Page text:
Singapore — More than 2.5 million ballot papers and other documents used during the General Election last year were incinerated on Saturday (Jan 16) as part of the process to ensure voting secrecy.
Just after 8 am that day, the sealed boxes containing the documents and papers were taken from the Supreme Court vault and transferred to the Tuas South Incineration Plant.
According to the law, ballot papers are to be sealed and kept in safe custody for six months after they are counted when polling ends. The ballot papers are kept for instances like legal challenges that may arise.
After the six-month period, they are then destroyed in front of witnesses, including election candidates from various parties, their agents and Elections Department (ELD) officials. The process ensures votes stay secret until they are incinerated.
Due to Covid-19 safe distancing measures, the number of witnesses for the incineration process was limited, said the ELD. The office had reached out to the political parties to nominate their respective representatives.
Among those present were Workers’ Party chief and Leader of the Opposition Pritam Singh, who was accompanied by WP politician Nicole Seah; Pasir Ris-Punggol GRC MP Yeo Wan Ling; the Progress Singapore Party’s Kayla Low and Choo Shaun Ming; and the Singapore Democratic Party’s Paul Tambyah and Min Cheong.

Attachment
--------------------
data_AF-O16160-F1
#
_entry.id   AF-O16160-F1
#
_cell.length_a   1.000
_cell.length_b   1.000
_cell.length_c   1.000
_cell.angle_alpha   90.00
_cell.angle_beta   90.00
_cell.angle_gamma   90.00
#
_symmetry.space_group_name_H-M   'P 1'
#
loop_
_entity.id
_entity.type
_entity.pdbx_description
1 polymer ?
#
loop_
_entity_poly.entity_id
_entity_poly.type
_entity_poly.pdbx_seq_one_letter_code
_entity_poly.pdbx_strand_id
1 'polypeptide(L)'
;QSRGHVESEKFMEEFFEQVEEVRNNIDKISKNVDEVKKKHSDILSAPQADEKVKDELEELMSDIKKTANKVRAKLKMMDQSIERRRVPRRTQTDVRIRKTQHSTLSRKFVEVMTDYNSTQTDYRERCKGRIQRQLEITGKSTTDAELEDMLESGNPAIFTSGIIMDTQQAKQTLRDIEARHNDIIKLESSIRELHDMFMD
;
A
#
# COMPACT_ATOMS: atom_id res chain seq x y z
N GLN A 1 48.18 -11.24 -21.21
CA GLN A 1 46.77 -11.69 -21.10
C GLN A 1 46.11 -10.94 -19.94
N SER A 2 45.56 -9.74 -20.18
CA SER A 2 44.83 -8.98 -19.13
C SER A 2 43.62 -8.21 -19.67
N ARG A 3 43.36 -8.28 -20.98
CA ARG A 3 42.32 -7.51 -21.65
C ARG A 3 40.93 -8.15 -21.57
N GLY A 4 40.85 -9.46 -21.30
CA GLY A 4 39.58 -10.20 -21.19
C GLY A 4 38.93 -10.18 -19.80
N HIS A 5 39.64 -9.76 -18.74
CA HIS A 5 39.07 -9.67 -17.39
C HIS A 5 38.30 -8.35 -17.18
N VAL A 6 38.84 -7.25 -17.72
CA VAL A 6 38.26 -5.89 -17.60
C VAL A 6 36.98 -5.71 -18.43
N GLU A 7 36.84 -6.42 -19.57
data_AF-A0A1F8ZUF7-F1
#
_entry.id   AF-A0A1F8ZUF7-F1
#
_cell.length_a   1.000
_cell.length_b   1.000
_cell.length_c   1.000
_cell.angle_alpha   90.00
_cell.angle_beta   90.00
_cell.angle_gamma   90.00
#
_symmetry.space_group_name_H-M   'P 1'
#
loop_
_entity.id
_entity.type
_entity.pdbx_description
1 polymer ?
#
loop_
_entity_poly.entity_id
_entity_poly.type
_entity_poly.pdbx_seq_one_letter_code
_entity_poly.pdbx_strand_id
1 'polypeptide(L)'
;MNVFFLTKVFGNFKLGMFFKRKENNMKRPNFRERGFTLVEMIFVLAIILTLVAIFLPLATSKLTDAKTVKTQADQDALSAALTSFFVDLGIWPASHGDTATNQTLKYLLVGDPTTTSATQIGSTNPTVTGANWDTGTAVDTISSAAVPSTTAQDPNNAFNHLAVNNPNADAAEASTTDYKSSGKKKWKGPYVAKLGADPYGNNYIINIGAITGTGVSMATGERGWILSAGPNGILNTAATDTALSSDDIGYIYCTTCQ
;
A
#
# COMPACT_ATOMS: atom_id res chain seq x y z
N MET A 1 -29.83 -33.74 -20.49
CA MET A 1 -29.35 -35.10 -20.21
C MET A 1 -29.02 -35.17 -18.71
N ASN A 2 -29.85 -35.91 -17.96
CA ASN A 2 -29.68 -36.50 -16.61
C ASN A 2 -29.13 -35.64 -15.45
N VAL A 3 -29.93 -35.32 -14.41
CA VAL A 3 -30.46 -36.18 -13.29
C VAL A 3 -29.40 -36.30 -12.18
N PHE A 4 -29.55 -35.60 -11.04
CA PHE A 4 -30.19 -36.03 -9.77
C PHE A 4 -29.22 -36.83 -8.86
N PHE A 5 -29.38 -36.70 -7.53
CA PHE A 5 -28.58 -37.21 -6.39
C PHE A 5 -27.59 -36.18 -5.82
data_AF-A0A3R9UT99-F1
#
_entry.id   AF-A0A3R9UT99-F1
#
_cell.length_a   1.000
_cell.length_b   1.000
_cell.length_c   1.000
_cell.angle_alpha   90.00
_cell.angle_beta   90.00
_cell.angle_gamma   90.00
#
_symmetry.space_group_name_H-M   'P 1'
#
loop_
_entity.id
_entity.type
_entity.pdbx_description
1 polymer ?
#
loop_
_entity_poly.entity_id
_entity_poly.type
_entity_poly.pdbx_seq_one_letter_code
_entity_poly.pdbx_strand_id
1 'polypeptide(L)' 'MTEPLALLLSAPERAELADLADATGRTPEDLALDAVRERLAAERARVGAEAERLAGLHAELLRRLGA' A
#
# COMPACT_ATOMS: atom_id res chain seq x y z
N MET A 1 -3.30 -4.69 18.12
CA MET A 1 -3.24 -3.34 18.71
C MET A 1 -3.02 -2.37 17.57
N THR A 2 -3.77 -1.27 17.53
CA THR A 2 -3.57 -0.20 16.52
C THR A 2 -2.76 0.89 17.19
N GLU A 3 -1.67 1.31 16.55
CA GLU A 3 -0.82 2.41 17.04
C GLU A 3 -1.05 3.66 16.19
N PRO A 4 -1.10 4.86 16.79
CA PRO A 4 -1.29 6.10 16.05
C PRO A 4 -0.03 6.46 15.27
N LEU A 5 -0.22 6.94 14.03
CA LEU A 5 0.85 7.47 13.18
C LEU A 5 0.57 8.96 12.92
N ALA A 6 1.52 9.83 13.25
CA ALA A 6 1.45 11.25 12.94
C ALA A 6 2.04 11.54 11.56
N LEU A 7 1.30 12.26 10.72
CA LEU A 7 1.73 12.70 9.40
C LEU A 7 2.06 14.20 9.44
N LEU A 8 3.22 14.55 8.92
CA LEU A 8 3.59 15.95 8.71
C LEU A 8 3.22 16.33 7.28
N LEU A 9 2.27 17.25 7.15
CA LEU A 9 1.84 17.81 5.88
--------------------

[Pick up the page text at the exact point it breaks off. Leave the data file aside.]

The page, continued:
In a Facebook post, the WP highlighted the importance of the process of safeguarding and incinerating ballot boxes and ballot papers in ensuring vote secrecy.
It said: “Due to all these processes in place, and the presence of our volunteers as polling and counting agents, we can vouch that the secrecy of your votes is safeguarded. To this day, there have been no reports of a ballot being traced back to a voter.”
At the end of the day, there was praise all round for the smooth implementation of the transport and incineration process by the ELD. /TISG
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